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‘It’s TikTok versus everyone else,’ says our analyst

Between other social media platforms, search platforms, and governments, TikTok is challenging just about everyone.

The news: TikTok offers less expensive ad rates than competitors. The platform’s cost per thousand (CPM) from video advertising is almost half that of Instagram Reels, a third less than Twitter, and 62% less than Snapchat, per 2022 data from marketing agency VaynerMedia reported by the Financial Times.

The view: Low costs are one reason TikTok has gained share of the digital ad pie, specifically at the expense of Meta.

“But I think context is also key here,” said our analyst Jasmine Enberg on a “Behind the Numbers: The Daily” episode. “Looking more broadly, TikTok’s share of social ad revenues is still a fraction of Meta’s (less than 10% versus about 72% for Meta). Meta’s share is, of course, declining, but it’s declining from a massive base, and not all of those ad dollars shifting away from Meta are going to TikTok.”

Lower CPMs will help TikTok attract more advertisers, but it still has a ways to go before its share of ad revenues can rival Meta’s.

The news: TikTok’s algorithm may not be all-powerful. TikTok employees are “heating,” or giving a manual push to specific videos to help ensure they achieve a certain number of views.

The view: TikTok touted its platform as democratizing the creator game. Heating allegations directly oppose that claim.

“The story we know is that anyone can become famous on TikTok through one well-timed video, regardless of their follower count,” said Enberg. “But the knowledge that even one TikTok employee could handpick a video puts a huge wrench in that story.”

It’s embarrassing, but it probably won’t change too much for TikTok.

“The potential of TikTok fame is still way too good for most up-and-coming creators to resist, and TikTok’s audience is way too good for brands and advertisers to resist,” said Enberg.

The news: TikTok is making friends in Washington as it grapples with a possible ban. The platform, along with its parent company ByteDance, has spent millions on federal lobbyists and even more on safeguards to secure its future in the US.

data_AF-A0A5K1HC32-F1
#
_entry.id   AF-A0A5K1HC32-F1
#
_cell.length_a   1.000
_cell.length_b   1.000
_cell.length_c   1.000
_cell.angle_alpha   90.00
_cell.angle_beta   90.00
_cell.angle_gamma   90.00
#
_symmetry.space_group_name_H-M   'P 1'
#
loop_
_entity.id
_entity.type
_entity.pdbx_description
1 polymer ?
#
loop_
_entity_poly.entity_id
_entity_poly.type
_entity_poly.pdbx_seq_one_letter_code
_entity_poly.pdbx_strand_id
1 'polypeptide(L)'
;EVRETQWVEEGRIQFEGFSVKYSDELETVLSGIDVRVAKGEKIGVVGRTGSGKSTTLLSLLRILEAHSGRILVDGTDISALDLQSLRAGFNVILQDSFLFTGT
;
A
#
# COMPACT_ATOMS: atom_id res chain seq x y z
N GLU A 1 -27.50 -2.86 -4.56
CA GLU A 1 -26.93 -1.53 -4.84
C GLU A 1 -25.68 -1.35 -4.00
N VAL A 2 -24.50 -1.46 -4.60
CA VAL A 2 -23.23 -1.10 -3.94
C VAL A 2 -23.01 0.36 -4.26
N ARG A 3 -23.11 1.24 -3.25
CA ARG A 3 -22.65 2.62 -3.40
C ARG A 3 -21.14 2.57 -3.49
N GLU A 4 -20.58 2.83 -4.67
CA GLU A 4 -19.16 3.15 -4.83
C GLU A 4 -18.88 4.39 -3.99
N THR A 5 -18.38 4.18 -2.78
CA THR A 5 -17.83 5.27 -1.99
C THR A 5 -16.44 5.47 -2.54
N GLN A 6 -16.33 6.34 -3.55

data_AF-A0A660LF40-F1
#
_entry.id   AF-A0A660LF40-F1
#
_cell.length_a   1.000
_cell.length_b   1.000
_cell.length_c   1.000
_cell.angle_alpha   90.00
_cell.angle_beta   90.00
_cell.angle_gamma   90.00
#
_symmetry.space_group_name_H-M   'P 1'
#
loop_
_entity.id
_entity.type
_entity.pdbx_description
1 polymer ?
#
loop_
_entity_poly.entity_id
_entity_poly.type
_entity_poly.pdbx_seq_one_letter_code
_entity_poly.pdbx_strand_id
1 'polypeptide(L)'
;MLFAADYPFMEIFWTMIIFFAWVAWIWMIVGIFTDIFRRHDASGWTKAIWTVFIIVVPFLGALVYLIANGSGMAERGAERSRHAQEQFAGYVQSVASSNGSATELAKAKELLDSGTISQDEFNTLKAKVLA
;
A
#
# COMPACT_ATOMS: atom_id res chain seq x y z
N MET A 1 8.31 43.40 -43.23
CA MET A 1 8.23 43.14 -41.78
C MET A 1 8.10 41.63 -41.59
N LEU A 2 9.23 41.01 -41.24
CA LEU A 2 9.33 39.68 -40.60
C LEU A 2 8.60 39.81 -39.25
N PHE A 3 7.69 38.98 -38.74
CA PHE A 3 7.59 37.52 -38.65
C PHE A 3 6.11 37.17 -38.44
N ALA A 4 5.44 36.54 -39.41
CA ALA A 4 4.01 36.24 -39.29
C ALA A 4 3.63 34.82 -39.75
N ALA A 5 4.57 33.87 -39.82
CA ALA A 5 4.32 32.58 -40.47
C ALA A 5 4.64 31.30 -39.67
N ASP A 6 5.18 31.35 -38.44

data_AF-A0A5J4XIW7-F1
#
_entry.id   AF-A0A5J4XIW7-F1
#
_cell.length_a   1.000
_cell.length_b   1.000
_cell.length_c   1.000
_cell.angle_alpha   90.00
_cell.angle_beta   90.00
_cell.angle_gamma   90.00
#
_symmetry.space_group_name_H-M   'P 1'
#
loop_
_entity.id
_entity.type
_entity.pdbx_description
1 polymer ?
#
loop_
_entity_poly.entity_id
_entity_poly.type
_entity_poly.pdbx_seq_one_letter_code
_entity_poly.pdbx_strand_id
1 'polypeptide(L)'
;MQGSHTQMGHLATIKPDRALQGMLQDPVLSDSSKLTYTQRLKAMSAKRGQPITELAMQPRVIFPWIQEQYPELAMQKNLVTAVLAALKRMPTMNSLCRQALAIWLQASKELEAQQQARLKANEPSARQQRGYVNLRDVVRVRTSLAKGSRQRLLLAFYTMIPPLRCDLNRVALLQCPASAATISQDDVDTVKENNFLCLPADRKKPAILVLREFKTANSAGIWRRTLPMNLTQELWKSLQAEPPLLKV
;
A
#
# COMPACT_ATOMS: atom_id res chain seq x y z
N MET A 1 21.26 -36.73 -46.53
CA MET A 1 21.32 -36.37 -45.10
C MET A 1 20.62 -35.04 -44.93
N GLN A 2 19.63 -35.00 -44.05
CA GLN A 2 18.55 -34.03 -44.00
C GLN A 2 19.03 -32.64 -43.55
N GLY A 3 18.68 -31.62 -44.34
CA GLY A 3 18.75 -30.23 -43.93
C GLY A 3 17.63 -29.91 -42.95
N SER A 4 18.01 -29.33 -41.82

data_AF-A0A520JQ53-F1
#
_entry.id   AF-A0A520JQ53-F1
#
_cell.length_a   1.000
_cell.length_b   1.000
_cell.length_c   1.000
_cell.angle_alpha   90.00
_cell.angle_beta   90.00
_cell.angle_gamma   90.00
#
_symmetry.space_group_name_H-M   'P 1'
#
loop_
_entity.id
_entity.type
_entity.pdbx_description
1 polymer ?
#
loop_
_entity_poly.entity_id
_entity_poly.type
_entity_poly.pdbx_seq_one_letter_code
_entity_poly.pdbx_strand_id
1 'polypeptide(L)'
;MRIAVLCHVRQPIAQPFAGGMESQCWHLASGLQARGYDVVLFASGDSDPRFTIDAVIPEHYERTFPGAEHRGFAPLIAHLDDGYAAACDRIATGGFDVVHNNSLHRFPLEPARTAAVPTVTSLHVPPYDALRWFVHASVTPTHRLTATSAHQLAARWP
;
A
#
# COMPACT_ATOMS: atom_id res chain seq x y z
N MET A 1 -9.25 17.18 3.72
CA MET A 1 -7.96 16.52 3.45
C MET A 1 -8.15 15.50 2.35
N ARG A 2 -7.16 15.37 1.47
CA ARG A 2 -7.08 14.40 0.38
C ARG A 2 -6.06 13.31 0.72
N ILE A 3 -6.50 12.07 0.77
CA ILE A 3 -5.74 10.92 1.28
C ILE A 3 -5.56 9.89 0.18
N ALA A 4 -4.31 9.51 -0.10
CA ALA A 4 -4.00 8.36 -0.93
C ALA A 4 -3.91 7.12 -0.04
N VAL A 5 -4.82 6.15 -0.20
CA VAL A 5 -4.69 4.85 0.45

The view: There is momentum building against TikTok, but it’s unclear what will happen next. A US ban is possible, said Enberg, “or at least the most possible it’s ever been.” But it’s also likely that TikTok will make some serious concessions to stay.

The bigger picture is that creators and brands aren’t going to leave TikTok unless they’re forced to, according to Enberg.

“I’ve heard so many stories of students connected to mobile data so they can still access the app. It just goes to show how integral TikTok has become, especially to the younger generation,” she shared in response to bans at universities and schools.

The US government could get serious about a TikTok crackdown, but users’ dedication to the platform won’t be curtailed by anything short of a full ban.

The news: Almost 40% of young consumers start their online searches for places to eat on social media platforms like TikTok or Instagram, said Prabhakar Raghavan, a senior vice president at Google, last year.

The view: Gen Z uses TikTok for search and it’s encroaching on Google’s territory, said Enberg. “But not everyone is a TikTok user, and if you look at the US population as a whole, more people are still starting their searches on Google and Amazon than on TikTok.”

Still, TikTok is transforming the search landscape, and that’s going to have ripple effects on other platforms. “TikTok versus Google versus Amazon is going to be one big trend to watch this year,” said Enberg.

Search behaviors are shifting. Google and Amazon still reign, but TikTok is coming for the crown.

Listen to the full podcast.

This was originally featured in the eMarketer Daily newsletter. For more marketing insights, statistics, and trends, subscribe here.